In 1949, writer Joseph Campbell launched the idea of the monomyth, or Hero’s Journey, as the most appealing way to tell a story to mass audiences across cultures.
But critics, especially feminists, immediately asked, what about the Heroine? Local author Kim Hudson has responded in her book The Virgin’s Promise.
“What was missing,” says Hudson, “is that nobody tracked what growth looks like or how we go on that journey.”
Hudson describes the Virgin’s Promise as “a story structure that helps people reach the deeper meanings of a story.”
Since publication in 2010 by Michael Weise Productions, Hudson’s book has made a solid impact in the catalogue of stage and screen writers’ handbooks.
After graduating from F.H. Collins, Hudson went on to complete a masters degree in geology at Queen’s University.
“I spent my last $1,700 to buy a truck and find the motherlode.”
Her search brought her back to home soil where she worked first as a field geologist, then land claims negotiator, until turning to film studies in Vancouver.
Enter the Hero’s Journey. Further study, in analytical psychology in Zurich, Switzerland, introduced her to the Jungian character archetypes of the Hero and the Virgin and their supporting casts of fools, misers, mentors, crones, hags and healers.
The combination became The Virgin’s Promise, mapping the journey of both the Virgin and the Hero to discover who they are as individuals [see chart].
“The Hero is about self-sacrifice and overcoming fear through the development of bravery, ruggedness and skill,” writes Hudson. Her examples include action-adventure, horror films, murder mysteries, revenge plots, treasure hunts and myths.
By comparison the Virgin is about self-fulfillment and realizing potential.
“Coming of age, wish-fulfillment, and underdog sports movies, dreams-come-true themes and fairy tales are centered on the Virgin archetype in action.”
Hudson finds that First Nations and other oral cultures are “highly aligned to the Virgin’s Promise.” The difference, she says, lies in the sense of meaning, which “is more about ‘the meaning I bring to life’, how am I best ‘to be’ in the world.”
For example, Hudson analyzed the play Café Daughter by Kenneth T. Williams, recently produced by Gwaandak Theatre:
Yvette’s dependent world is the one in the café run by her Chinese and Cree parents. The price of conformity is to deny her Cree heritage and disregard her dreams of becoming a doctor, realized when she had opportunity to shine: once when picking medicines with her grandfather, and again when discovered reading a text book far above her grade level.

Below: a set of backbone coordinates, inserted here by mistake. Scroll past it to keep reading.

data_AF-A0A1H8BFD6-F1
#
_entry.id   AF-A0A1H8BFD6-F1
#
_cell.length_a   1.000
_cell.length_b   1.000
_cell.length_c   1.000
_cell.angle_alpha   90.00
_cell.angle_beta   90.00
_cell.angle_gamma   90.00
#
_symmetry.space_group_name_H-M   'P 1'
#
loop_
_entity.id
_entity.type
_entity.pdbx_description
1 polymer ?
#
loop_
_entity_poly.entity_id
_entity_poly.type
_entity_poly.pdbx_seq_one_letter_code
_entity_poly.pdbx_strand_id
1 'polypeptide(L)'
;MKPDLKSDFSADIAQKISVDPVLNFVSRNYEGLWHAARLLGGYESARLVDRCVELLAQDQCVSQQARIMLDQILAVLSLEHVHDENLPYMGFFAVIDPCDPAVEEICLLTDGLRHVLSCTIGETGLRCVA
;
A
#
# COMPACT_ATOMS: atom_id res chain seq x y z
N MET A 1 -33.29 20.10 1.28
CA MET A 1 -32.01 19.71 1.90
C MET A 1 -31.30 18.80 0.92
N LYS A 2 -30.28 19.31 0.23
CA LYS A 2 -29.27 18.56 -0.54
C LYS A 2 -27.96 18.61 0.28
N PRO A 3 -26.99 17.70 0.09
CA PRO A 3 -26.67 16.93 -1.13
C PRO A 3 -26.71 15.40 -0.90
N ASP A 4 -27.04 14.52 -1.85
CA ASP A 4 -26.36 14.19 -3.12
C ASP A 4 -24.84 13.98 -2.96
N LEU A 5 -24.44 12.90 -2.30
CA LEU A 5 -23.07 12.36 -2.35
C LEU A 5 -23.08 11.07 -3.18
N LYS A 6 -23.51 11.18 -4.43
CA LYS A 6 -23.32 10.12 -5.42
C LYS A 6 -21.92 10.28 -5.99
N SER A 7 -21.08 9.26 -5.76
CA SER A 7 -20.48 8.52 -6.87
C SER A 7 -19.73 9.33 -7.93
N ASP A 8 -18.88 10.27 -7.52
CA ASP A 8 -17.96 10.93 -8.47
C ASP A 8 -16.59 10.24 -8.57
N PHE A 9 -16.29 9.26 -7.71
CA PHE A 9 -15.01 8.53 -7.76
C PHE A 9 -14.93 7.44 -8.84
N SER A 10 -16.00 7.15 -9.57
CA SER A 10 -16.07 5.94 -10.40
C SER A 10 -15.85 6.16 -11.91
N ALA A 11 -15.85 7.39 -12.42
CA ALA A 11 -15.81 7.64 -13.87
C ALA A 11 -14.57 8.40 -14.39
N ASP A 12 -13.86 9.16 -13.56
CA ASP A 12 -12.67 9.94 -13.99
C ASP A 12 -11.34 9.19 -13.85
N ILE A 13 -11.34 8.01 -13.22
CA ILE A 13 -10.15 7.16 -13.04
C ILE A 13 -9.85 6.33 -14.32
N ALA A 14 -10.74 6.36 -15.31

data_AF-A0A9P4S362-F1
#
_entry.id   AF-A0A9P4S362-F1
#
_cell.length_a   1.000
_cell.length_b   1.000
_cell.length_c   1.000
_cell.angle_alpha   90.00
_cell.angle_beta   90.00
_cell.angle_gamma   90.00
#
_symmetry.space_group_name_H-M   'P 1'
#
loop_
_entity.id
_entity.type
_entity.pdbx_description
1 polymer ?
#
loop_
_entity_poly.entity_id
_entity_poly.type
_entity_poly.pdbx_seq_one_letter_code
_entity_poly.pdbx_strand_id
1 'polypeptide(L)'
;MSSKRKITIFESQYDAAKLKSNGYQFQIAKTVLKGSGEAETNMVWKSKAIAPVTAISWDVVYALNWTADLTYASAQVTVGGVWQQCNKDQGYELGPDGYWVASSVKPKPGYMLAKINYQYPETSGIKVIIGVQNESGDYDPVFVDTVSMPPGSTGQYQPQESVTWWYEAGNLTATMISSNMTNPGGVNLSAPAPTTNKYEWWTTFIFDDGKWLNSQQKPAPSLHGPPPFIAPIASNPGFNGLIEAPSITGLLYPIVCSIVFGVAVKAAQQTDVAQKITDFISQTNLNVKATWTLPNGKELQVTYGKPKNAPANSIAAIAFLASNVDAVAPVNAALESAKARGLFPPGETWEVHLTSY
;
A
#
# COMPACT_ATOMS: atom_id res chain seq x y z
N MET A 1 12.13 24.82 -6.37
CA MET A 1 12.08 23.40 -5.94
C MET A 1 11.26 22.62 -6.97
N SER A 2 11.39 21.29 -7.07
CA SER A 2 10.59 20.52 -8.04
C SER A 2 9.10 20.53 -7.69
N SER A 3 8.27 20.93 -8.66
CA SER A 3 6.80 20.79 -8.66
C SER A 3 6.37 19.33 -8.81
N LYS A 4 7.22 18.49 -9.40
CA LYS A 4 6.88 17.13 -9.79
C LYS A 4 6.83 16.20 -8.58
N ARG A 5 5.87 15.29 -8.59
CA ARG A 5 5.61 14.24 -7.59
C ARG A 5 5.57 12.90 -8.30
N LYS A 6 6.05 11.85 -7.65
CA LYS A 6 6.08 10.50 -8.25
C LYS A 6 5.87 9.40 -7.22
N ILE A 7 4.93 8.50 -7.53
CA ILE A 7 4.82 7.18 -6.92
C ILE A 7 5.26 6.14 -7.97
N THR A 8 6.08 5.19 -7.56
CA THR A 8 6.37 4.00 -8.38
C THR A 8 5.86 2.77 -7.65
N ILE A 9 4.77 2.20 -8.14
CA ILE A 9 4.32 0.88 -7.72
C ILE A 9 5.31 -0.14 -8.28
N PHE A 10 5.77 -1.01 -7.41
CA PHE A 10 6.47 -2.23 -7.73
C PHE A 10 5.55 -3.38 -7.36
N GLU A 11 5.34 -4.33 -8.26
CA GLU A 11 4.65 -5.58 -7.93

Yvette’s secret world is at school where she follows her mother’s advice to keep her heritage secret and her teacher/mentor believes she can be a doctor. But when she meets Maggie, a sassy proud “half-breed”, who helps her dress the part for a party where they are caught drinking, the teacher/mentor declares her “worse than Chinese” and Yvette no longer fits her world.
At the same time, Yvette’s dependent and secret worlds collide and she is caught shining when she’s forced to introduce her teacher to her Aunt Doris from the Cree nation. In the chaos, Yvette “wishes my life were a math problem.”
She wanders in the wilderness, betrayed by her mentor, hated by Maggie, and “not one of the good kids anymore” until she chooses her light, manifested by forging her father’s signature on a university application and defying him when he announces he’s moving back to Hong Kong.
She gives up what made her stuck when she accepts a feather from her Aunt and realizes she must recognize her whole self to stop living with fear of discovery.
Her world is reordered when her Aunt moves closer to support Yvette and the university disregards her mentor’s allegations. Proof that the kingdom is brighter is when she says “I’m afraid/I’m not afraid” at her valediction as the first Chinese-Cree graduate and we see Yvette on her way to becoming a doctor.
“On the surface, Yvette wants to be a doctor,” says Hudson. “But in reality she wants to live in a world where all parts of her are celebrated. In the end Yvette is proud of her origins and the community is a better place overall.”